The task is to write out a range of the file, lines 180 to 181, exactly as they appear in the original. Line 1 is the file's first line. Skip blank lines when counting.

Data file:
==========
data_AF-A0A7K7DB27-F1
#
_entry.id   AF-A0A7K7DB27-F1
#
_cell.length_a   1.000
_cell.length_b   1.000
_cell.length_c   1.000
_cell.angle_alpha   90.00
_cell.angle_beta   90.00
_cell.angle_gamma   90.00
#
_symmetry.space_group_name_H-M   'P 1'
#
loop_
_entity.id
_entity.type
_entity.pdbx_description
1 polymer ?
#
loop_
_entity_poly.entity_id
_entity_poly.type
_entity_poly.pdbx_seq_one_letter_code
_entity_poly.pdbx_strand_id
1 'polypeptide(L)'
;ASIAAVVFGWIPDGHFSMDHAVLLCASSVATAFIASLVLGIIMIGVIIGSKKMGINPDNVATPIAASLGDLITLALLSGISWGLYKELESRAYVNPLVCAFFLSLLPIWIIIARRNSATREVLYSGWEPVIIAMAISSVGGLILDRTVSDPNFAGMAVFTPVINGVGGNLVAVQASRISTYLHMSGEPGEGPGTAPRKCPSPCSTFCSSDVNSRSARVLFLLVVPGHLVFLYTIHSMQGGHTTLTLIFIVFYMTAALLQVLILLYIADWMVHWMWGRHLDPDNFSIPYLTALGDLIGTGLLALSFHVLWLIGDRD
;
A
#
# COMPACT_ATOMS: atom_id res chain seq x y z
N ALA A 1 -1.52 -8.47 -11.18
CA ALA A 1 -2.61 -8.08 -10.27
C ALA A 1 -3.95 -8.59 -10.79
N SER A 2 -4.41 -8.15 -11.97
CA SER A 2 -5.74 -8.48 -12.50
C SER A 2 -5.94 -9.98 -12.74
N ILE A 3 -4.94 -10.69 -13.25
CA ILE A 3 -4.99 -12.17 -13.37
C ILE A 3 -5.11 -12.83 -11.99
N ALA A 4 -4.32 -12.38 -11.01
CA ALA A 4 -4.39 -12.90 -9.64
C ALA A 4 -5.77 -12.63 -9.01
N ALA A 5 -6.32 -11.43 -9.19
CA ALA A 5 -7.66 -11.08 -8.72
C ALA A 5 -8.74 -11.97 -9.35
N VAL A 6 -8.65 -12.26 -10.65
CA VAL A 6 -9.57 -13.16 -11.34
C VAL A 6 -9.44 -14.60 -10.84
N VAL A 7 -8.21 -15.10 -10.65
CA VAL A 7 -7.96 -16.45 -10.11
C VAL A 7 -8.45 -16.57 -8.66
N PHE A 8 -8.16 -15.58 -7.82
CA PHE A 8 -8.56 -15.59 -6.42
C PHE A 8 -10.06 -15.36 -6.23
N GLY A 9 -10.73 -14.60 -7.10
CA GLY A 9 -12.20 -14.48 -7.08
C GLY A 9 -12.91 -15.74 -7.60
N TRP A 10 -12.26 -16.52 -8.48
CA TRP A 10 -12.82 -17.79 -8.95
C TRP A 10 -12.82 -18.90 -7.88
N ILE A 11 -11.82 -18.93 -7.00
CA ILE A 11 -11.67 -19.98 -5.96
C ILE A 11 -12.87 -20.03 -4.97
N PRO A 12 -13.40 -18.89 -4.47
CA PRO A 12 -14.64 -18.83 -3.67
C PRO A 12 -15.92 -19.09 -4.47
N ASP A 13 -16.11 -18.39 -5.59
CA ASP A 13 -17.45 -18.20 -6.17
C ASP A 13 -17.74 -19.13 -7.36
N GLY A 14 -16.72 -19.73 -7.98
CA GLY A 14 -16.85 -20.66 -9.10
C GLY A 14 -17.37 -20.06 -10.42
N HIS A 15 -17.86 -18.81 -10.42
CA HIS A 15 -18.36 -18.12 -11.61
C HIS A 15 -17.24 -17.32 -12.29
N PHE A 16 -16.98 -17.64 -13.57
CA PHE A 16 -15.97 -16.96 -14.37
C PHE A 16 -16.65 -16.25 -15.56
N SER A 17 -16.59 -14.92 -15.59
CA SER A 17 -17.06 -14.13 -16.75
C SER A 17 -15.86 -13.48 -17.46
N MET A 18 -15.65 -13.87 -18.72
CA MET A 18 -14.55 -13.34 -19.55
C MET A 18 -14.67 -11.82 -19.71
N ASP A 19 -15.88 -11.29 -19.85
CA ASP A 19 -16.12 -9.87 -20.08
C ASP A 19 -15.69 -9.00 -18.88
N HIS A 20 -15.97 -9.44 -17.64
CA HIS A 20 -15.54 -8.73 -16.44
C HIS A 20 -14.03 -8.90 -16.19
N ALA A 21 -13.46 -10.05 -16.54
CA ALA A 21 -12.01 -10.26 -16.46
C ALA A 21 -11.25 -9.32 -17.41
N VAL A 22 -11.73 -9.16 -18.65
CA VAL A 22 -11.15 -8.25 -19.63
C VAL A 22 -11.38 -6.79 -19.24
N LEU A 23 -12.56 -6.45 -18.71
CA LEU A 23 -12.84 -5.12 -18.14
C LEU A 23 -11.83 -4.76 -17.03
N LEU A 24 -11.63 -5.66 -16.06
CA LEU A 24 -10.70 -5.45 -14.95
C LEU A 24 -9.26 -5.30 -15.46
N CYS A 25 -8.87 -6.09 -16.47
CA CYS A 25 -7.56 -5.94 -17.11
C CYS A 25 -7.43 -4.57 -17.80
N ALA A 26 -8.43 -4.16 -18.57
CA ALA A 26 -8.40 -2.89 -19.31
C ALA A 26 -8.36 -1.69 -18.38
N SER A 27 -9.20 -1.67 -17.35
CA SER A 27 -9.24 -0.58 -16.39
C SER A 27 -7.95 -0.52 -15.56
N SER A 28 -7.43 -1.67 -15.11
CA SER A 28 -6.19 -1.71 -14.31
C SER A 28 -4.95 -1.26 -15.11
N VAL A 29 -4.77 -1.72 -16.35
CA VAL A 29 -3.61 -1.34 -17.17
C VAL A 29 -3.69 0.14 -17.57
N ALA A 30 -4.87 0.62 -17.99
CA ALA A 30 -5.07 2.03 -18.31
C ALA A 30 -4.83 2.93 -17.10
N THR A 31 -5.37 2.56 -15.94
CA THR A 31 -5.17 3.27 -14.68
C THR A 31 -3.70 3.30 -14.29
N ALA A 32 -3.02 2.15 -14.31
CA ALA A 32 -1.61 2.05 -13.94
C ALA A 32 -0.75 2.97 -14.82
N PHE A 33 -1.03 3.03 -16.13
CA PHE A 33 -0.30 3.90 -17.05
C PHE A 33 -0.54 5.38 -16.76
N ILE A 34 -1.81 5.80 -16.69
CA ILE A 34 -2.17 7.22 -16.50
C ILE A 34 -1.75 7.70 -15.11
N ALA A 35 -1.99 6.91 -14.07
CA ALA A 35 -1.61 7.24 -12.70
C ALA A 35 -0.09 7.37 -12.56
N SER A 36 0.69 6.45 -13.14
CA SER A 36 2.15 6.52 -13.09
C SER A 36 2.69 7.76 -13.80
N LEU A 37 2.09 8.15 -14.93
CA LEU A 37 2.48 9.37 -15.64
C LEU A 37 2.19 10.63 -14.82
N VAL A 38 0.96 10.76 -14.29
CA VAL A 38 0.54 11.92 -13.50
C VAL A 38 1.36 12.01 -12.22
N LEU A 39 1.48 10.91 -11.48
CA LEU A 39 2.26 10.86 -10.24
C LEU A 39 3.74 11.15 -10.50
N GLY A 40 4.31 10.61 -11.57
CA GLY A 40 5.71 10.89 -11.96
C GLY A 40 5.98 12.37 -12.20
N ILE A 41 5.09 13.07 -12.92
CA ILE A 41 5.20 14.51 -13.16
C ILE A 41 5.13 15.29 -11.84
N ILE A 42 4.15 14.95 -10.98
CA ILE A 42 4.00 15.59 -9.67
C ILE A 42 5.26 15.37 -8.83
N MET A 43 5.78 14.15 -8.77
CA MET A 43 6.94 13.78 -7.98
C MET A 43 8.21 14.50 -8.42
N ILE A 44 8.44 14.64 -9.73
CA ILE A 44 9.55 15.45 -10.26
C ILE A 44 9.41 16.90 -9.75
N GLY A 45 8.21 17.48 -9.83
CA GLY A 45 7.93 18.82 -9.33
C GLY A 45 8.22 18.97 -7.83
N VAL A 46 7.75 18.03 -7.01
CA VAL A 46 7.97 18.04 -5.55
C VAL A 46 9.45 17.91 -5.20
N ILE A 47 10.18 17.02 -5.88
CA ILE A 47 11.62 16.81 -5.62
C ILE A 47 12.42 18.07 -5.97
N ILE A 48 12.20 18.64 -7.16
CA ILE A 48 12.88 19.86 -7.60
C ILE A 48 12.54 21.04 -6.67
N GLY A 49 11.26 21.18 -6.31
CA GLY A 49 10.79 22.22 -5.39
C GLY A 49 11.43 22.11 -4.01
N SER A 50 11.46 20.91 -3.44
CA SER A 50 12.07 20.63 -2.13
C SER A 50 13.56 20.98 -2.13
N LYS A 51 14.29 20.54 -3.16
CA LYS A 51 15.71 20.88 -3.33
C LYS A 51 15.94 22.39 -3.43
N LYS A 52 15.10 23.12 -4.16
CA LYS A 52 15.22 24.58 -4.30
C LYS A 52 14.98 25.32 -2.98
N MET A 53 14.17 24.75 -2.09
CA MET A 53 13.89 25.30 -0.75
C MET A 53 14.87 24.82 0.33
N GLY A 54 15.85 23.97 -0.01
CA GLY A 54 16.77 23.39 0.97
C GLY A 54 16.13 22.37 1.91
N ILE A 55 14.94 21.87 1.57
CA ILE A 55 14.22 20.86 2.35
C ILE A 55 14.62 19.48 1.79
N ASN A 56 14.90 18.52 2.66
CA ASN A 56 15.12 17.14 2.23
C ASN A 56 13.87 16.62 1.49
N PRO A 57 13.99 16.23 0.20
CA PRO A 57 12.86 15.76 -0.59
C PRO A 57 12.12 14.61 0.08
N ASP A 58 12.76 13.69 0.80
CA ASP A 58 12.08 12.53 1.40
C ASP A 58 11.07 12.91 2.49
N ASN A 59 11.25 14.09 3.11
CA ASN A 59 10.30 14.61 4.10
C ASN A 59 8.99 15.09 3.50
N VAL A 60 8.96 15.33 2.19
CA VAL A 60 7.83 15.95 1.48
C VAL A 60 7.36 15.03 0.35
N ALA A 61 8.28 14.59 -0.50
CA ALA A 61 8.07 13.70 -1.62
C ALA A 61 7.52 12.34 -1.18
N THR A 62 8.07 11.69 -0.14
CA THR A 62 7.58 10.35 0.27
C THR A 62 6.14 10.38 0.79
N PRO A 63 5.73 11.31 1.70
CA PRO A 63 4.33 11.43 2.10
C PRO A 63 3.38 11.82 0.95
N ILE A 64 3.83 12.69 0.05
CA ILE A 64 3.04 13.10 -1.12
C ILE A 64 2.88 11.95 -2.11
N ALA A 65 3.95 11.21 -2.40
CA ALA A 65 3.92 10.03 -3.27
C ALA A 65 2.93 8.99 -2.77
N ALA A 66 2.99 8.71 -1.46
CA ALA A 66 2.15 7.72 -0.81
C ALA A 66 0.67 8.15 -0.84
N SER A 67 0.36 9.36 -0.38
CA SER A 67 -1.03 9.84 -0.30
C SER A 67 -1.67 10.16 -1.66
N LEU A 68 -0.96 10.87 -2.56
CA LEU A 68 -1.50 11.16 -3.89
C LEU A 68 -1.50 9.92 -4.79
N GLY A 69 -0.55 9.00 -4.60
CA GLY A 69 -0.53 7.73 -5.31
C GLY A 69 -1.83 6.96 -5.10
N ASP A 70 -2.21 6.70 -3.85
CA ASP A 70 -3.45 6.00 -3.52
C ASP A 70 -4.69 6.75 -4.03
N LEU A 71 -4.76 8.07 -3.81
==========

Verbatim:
C SER A 50 13.56 20.98 -2.13
N LYS A 51 14.29 20.54 -3.16